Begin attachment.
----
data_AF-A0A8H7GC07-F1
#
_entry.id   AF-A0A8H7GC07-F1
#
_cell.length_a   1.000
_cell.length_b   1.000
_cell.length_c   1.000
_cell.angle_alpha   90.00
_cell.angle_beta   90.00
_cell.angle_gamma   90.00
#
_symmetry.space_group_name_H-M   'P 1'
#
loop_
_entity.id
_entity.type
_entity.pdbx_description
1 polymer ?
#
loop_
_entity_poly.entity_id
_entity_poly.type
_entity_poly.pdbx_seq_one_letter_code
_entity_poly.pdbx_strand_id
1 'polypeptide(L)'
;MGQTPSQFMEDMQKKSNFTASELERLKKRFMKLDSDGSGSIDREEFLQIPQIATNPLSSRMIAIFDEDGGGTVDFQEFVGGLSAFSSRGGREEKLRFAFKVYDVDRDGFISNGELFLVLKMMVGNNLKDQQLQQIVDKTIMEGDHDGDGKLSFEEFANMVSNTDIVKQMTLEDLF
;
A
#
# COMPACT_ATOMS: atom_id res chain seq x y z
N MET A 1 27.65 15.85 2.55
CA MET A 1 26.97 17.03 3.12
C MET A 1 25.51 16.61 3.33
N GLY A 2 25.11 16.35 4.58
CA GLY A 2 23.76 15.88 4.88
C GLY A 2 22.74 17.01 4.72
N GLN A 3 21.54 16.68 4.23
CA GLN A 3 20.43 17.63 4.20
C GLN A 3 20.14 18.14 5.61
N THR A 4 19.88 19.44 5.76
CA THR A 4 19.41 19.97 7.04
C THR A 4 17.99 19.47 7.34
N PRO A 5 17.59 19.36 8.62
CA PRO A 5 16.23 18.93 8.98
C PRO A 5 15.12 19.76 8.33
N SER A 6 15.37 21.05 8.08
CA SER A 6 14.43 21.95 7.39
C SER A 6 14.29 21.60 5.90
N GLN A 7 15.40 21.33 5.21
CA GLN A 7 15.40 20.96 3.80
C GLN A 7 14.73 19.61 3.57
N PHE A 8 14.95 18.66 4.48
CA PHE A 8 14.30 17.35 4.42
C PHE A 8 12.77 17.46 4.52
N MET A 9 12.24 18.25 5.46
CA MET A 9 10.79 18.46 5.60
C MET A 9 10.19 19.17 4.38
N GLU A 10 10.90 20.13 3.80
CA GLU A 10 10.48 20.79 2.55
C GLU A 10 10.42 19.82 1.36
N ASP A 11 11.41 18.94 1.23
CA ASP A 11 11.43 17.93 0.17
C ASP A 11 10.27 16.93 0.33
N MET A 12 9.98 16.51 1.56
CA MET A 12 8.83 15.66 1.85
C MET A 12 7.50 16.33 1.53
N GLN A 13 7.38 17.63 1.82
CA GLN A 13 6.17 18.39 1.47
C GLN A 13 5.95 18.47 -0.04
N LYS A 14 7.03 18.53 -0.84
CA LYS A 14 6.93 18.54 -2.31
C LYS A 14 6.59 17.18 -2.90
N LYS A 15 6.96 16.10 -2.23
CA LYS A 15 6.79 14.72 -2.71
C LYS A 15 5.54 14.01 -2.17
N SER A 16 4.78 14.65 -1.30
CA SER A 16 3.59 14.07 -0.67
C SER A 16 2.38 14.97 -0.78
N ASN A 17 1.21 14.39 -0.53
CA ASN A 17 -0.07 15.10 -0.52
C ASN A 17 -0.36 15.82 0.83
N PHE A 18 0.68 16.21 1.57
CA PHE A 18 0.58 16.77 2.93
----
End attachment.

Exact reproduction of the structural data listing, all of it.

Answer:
data_AF-A0A8H7GC07-F1
#
_entry.id   AF-A0A8H7GC07-F1
#
_cell.length_a   1.000
_cell.length_b   1.000
_cell.length_c   1.000
_cell.angle_alpha   90.00
_cell.angle_beta   90.00
_cell.angle_gamma   90.00
#
_symmetry.space_group_name_H-M   'P 1'
#
loop_
_entity.id
_entity.type
_entity.pdbx_description
1 polymer ?
#
loop_
_entity_poly.entity_id
_entity_poly.type
_entity_poly.pdbx_seq_one_letter_code
_entity_poly.pdbx_strand_id
1 'polypeptide(L)'
;MGQTPSQFMEDMQKKSNFTASELERLKKRFMKLDSDGSGSIDREEFLQIPQIATNPLSSRMIAIFDEDGGGTVDFQEFVGGLSAFSSRGGREEKLRFAFKVYDVDRDGFISNGELFLVLKMMVGNNLKDQQLQQIVDKTIMEGDHDGDGKLSFEEFANMVSNTDIVKQMTLEDLF
;
A
#
# COMPACT_ATOMS: atom_id res chain seq x y z
N MET A 1 27.65 15.85 2.55
CA MET A 1 26.97 17.03 3.12
C MET A 1 25.51 16.61 3.33
N GLY A 2 25.11 16.35 4.58
CA GLY A 2 23.76 15.88 4.88
C GLY A 2 22.74 17.01 4.72
N GLN A 3 21.54 16.68 4.23
CA GLN A 3 20.43 17.63 4.20
C GLN A 3 20.14 18.14 5.61
N THR A 4 19.88 19.44 5.76
CA THR A 4 19.41 19.97 7.04
C THR A 4 17.99 19.47 7.34
N PRO A 5 17.59 19.36 8.62
CA PRO A 5 16.23 18.93 8.98
C PRO A 5 15.12 19.76 8.33
N SER A 6 15.37 21.05 8.08
CA SER A 6 14.43 21.95 7.39
C SER A 6 14.29 21.60 5.90
N GLN A 7 15.40 21.33 5.21
CA GLN A 7 15.40 20.96 3.80
C GLN A 7 14.73 19.61 3.57
N PHE A 8 14.95 18.66 4.48
CA PHE A 8 14.30 17.35 4.42
C PHE A 8 12.77 17.46 4.52
N MET A 9 12.24 18.25 5.46
CA MET A 9 10.79 18.46 5.60
C MET A 9 10.19 19.17 4.38
N GLU A 10 10.90 20.13 3.80
CA GLU A 10 10.48 20.79 2.55
C GLU A 10 10.42 19.82 1.36
N ASP A 11 11.41 18.94 1.23
CA ASP A 11 11.43 17.93 0.17
C ASP A 11 10.27 16.93 0.33
N MET A 12 9.98 16.51 1.56
CA MET A 12 8.83 15.66 1.85
C MET A 12 7.50 16.33 1.53
N GLN A 13 7.38 17.63 1.82
CA GLN A 13 6.17 18.39 1.47
C GLN A 13 5.95 18.47 -0.04
N LYS A 14 7.03 18.53 -0.84
CA LYS A 14 6.93 18.54 -2.31
C LYS A 14 6.59 17.18 -2.90
N LYS A 15 6.96 16.10 -2.23
CA LYS A 15 6.79 14.72 -2.71
C LYS A 15 5.54 14.01 -2.17
N SER A 16 4.78 14.65 -1.30
CA SER A 16 3.59 14.07 -0.67
C SER A 16 2.38 14.97 -0.78
N ASN A 17 1.21 14.39 -0.53
CA ASN A 17 -0.07 15.10 -0.52
C ASN A 17 -0.36 15.82 0.83
N PHE A 18 0.68 16.21 1.57
CA PHE A 18 0.58 16.77 2.93